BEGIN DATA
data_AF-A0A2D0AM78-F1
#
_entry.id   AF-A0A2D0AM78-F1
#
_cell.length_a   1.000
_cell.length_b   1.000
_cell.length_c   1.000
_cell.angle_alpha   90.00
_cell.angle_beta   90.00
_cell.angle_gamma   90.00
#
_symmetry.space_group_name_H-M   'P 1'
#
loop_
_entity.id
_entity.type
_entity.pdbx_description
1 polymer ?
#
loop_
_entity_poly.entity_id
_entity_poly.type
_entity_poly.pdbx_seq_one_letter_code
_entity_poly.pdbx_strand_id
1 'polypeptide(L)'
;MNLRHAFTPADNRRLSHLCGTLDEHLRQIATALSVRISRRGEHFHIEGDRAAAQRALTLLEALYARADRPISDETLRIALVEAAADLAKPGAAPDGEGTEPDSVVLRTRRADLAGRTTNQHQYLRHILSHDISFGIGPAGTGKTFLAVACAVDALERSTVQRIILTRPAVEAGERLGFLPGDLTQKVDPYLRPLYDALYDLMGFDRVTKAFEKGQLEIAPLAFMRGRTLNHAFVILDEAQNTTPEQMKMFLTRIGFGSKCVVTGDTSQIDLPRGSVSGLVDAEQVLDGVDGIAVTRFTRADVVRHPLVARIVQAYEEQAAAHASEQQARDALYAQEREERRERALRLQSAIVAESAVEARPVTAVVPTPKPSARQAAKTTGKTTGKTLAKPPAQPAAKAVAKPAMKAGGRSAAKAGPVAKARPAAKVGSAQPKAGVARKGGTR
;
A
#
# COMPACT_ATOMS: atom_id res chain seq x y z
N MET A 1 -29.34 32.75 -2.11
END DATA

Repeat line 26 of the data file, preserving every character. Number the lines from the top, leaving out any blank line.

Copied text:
;MNLRHAFTPADNRRLSHLCGTLDEHLRQIATALSVRISRRGEHFHIEGDRAAAQRALTLLEALYARADRPISDETLRIALVEAAADLAKPGAAPDGEGTEPDSVVLRTRRADLAGRTTNQHQYLRHILSHDISFGIGPAGTGKTFLAVACAVDALERSTVQRIILTRPAVEAGERLGFLPGDLTQKVDPYLRPLYDALYDLMGFDRVTKAFEKGQLEIAPLAFMRGRTLNHAFVILDEAQNTTPEQMKMFLTRIGFGSKCVVTGDTSQIDLPRGSVSGLVDAEQVLDGVDGIAVTRFTRADVVRHPLVARIVQAYEEQAAAHASEQQARDALYAQEREERRERALRLQSAIVAESAVEARPVTAVVPTPKPSARQAAKTTGKTTGKTLAKPPAQPAAKAVAKPAMKAGGRSAAKAGPVAKARPAAKVGSAQPKAGVARKGGTR